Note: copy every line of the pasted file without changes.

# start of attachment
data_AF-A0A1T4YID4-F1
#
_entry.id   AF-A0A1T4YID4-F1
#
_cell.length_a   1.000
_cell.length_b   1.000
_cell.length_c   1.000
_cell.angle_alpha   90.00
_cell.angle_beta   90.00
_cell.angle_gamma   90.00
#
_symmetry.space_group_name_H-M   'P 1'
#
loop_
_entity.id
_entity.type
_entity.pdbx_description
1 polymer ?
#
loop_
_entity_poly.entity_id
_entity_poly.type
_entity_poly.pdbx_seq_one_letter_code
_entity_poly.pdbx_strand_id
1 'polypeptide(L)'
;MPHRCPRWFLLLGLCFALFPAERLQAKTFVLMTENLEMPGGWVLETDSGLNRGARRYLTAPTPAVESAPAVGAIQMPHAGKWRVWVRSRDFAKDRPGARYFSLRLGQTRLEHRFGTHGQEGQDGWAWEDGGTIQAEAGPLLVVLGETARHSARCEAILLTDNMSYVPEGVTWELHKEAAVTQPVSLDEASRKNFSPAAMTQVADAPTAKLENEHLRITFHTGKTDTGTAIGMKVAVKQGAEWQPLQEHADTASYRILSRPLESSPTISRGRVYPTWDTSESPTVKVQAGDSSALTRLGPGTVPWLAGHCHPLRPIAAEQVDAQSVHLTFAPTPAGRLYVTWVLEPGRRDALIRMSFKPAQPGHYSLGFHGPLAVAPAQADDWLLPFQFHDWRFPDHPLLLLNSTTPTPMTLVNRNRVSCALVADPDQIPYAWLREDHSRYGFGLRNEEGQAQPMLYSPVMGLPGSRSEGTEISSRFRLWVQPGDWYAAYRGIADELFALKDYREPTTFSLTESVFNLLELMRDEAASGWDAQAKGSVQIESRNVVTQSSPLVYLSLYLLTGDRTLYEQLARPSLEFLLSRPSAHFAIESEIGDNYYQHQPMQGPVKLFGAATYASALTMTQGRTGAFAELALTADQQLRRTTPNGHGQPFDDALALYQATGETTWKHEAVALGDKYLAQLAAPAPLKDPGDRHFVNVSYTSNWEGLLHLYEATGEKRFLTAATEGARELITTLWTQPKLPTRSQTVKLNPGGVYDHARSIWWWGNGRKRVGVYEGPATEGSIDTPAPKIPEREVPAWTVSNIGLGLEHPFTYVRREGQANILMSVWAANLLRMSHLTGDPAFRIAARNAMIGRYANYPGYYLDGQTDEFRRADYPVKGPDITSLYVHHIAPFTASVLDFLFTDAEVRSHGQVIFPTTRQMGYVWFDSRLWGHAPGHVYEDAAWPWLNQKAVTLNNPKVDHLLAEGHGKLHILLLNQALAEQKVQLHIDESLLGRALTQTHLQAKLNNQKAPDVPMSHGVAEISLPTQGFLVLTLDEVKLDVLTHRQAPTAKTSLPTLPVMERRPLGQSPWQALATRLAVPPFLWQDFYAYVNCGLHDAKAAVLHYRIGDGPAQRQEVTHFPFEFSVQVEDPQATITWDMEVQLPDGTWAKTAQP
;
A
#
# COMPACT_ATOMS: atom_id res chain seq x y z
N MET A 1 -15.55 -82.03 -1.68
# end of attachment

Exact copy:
data_AF-A0A1T4YID4-F1
#
_entry.id   AF-A0A1T4YID4-F1
#
_cell.length_a   1.000
_cell.length_b   1.000
_cell.length_c   1.000
_cell.angle_alpha   90.00
_cell.angle_beta   90.00
_cell.angle_gamma   90.00
#
_symmetry.space_group_name_H-M   'P 1'
#
loop_
_entity.id
_entity.type
_entity.pdbx_description
1 polymer ?
#
loop_
_entity_poly.entity_id
_entity_poly.type
_entity_poly.pdbx_seq_one_letter_code
_entity_poly.pdbx_strand_id
1 'polypeptide(L)'
;MPHRCPRWFLLLGLCFALFPAERLQAKTFVLMTENLEMPGGWVLETDSGLNRGARRYLTAPTPAVESAPAVGAIQMPHAGKWRVWVRSRDFAKDRPGARYFSLRLGQTRLEHRFGTHGQEGQDGWAWEDGGTIQAEAGPLLVVLGETARHSARCEAILLTDNMSYVPEGVTWELHKEAAVTQPVSLDEASRKNFSPAAMTQVADAPTAKLENEHLRITFHTGKTDTGTAIGMKVAVKQGAEWQPLQEHADTASYRILSRPLESSPTISRGRVYPTWDTSESPTVKVQAGDSSALTRLGPGTVPWLAGHCHPLRPIAAEQVDAQSVHLTFAPTPAGRLYVTWVLEPGRRDALIRMSFKPAQPGHYSLGFHGPLAVAPAQADDWLLPFQFHDWRFPDHPLLLLNSTTPTPMTLVNRNRVSCALVADPDQIPYAWLREDHSRYGFGLRNEEGQAQPMLYSPVMGLPGSRSEGTEISSRFRLWVQPGDWYAAYRGIADELFALKDYREPTTFSLTESVFNLLELMRDEAASGWDAQAKGSVQIESRNVVTQSSPLVYLSLYLLTGDRTLYEQLARPSLEFLLSRPSAHFAIESEIGDNYYQHQPMQGPVKLFGAATYASALTMTQGRTGAFAELALTADQQLRRTTPNGHGQPFDDALALYQATGETTWKHEAVALGDKYLAQLAAPAPLKDPGDRHFVNVSYTSNWEGLLHLYEATGEKRFLTAATEGARELITTLWTQPKLPTRSQTVKLNPGGVYDHARSIWWWGNGRKRVGVYEGPATEGSIDTPAPKIPEREVPAWTVSNIGLGLEHPFTYVRREGQANILMSVWAANLLRMSHLTGDPAFRIAARNAMIGRYANYPGYYLDGQTDEFRRADYPVKGPDITSLYVHHIAPFTASVLDFLFTDAEVRSHGQVIFPTTRQMGYVWFDSRLWGHAPGHVYEDAAWPWLNQKAVTLNNPKVDHLLAEGHGKLHILLLNQALAEQKVQLHIDESLLGRALTQTHLQAKLNNQKAPDVPMSHGVAEISLPTQGFLVLTLDEVKLDVLTHRQAPTAKTSLPTLPVMERRPLGQSPWQALATRLAVPPFLWQDFYAYVNCGLHDAKAAVLHYRIGDGPAQRQEVTHFPFEFSVQVEDPQATITWDMEVQLPDGTWAKTAQP
;
A
#
# COMPACT_ATOMS: atom_id res chain seq x y z
N MET A 1 -15.55 -82.03 -1.68